The applicant does not appear to have done anything about enforcing that judgment and does not state when the deceased died. All he says is that the property is still registered in the deceased’s name at the deeds registry and he would therefore want to lay a claim of about $46000-00, being the value of the property, against the estate.

In HC 851/16 the applicant has sued the first respondent, the estate and the Registrar of Deeds for an order for the registration of the estate and ancillary relief. No opposing papers have yet been filed in that matter and it is yet to be finalized. Pending that the applicant seeks the following relief:


That you show cause to this Honourable Court, if any, why a final order should not be made in the following terms:

  1. The 1st respondent, her agents, nominees and appointees are interdicted from alienating or in any way disposing of Lot number 23 Clovelly Township, Masvingo of Fort Victoria Lands also known as number 24 Corner Flower Street and Water Street Clovelly Township until finalization of HC 851/16.

  2. The 1st and 2nd respondents shall pay costs of suit on an attorney-client scale only if they oppose the present application.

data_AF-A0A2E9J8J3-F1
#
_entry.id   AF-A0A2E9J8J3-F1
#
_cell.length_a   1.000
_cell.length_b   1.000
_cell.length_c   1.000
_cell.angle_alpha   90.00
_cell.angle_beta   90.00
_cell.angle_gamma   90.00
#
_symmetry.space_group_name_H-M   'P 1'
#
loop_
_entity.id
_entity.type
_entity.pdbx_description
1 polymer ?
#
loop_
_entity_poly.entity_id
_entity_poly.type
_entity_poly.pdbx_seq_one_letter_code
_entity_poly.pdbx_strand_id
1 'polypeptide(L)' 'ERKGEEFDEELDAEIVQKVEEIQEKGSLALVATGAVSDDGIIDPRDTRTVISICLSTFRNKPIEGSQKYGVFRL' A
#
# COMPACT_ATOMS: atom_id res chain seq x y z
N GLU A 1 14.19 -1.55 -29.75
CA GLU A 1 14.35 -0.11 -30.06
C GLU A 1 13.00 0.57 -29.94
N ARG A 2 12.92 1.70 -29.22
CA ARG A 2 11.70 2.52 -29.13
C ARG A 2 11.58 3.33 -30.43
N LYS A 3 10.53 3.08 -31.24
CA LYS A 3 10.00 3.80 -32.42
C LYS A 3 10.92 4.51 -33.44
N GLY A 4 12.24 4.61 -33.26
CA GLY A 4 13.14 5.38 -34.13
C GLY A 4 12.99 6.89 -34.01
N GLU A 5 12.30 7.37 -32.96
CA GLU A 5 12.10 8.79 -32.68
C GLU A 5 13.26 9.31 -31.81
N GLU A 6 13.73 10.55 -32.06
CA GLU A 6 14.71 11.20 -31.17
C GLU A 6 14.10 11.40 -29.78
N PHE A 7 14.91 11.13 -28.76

Pending the confirmation of the provisional order, the applicant be and is hereby granted the following relief:

  1. The Registrar of Deeds (Harare) is ordered and directed to register a caveat over Lot number 23 Clovelly Township, Masvingo of Fort Victoria Township Lands, also known as number 24 Corner Flower Street and Water Street Clovelly Township immediately upon service of the provisional order on him.”

The applicant complains that according to information reaching him the first respondent intends to have the property either transferred into the name of her son or to sell it altogether. It is for that reason that he now seeks its protection by way of a caveat. At the hearing of the application Mr Mlambo who appeared for the first respondent as a correspondent legal practitioner for Messrs Chuma, Gurajena and Partners of Masvingo sought a postponement of the matter on the basis that the first respondent had only been served with the notice of set down and not the urgent application. He submitted that he had been telephoned by his correspondents yesterday and instructed only to seek a postponement on that basis.

Ms Tachiona for the applicant produced the sheriff’s return of service showing that the first respondent was indeed served with the application yesterday. It became apparent that she had the application and the notice of set down at least 24 hours before the time set for the hearing of the application.